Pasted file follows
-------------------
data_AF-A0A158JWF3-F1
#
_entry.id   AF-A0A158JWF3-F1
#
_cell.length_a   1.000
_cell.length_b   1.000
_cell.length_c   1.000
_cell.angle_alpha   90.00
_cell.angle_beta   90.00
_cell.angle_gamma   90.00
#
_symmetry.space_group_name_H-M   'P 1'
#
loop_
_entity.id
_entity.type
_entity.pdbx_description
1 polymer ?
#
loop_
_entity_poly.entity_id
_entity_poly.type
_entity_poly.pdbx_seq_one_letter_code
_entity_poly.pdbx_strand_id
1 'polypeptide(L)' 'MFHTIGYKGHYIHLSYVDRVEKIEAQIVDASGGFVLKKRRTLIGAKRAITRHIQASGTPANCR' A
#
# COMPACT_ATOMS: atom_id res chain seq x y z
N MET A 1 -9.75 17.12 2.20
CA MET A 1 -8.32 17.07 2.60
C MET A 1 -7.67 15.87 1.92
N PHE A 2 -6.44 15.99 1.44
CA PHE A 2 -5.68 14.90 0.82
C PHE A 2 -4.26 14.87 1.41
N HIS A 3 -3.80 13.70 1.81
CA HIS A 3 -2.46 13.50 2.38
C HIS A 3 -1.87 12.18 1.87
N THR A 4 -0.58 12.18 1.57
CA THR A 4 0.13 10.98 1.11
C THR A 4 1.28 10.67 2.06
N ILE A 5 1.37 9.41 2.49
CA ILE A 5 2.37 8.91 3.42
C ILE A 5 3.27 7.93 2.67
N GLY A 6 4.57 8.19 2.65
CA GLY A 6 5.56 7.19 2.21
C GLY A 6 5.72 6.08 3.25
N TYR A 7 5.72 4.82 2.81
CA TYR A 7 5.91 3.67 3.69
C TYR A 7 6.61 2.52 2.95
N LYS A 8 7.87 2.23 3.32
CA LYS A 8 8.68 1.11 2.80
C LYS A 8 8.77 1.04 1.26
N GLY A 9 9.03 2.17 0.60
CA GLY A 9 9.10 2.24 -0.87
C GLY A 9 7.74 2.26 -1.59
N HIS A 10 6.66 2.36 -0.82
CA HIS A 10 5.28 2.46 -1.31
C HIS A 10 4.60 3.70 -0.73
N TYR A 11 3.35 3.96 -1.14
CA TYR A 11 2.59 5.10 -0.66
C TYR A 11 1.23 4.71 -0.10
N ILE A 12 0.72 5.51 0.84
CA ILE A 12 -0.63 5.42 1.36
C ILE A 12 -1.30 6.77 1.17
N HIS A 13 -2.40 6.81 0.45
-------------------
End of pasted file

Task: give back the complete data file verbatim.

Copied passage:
data_AF-A0A158JWF3-F1
#
_entry.id   AF-A0A158JWF3-F1
#
_cell.length_a   1.000
_cell.length_b   1.000
_cell.length_c   1.000
_cell.angle_alpha   90.00
_cell.angle_beta   90.00
_cell.angle_gamma   90.00
#
_symmetry.space_group_name_H-M   'P 1'
#
loop_
_entity.id
_entity.type
_entity.pdbx_description
1 polymer ?
#
loop_
_entity_poly.entity_id
_entity_poly.type
_entity_poly.pdbx_seq_one_letter_code
_entity_poly.pdbx_strand_id
1 'polypeptide(L)' 'MFHTIGYKGHYIHLSYVDRVEKIEAQIVDASGGFVLKKRRTLIGAKRAITRHIQASGTPANCR' A
#
# COMPACT_ATOMS: atom_id res chain seq x y z
N MET A 1 -9.75 17.12 2.20
CA MET A 1 -8.32 17.07 2.60
C MET A 1 -7.67 15.87 1.92
N PHE A 2 -6.44 15.99 1.44
CA PHE A 2 -5.68 14.90 0.82
C PHE A 2 -4.26 14.87 1.41
N HIS A 3 -3.80 13.70 1.81
CA HIS A 3 -2.46 13.50 2.38
C HIS A 3 -1.87 12.18 1.87
N THR A 4 -0.58 12.18 1.57
CA THR A 4 0.13 10.98 1.11
C THR A 4 1.28 10.67 2.06
N ILE A 5 1.37 9.41 2.49
CA ILE A 5 2.37 8.91 3.42
C ILE A 5 3.27 7.93 2.67
N GLY A 6 4.57 8.19 2.65
CA GLY A 6 5.56 7.19 2.21
C GLY A 6 5.72 6.08 3.25
N TYR A 7 5.72 4.82 2.81
CA TYR A 7 5.91 3.67 3.69
C TYR A 7 6.61 2.52 2.95
N LYS A 8 7.87 2.23 3.32
CA LYS A 8 8.68 1.11 2.80
C LYS A 8 8.77 1.04 1.26
N GLY A 9 9.03 2.17 0.60
CA GLY A 9 9.10 2.24 -0.87
C GLY A 9 7.74 2.26 -1.59
N HIS A 10 6.66 2.36 -0.82
CA HIS A 10 5.28 2.46 -1.31
C HIS A 10 4.60 3.70 -0.73
N TYR A 11 3.35 3.96 -1.14
CA TYR A 11 2.59 5.10 -0.66
C TYR A 11 1.23 4.71 -0.10
N ILE A 12 0.72 5.51 0.84
CA ILE A 12 -0.63 5.42 1.36
C ILE A 12 -1.30 6.77 1.17
N HIS A 13 -2.40 6.81 0.45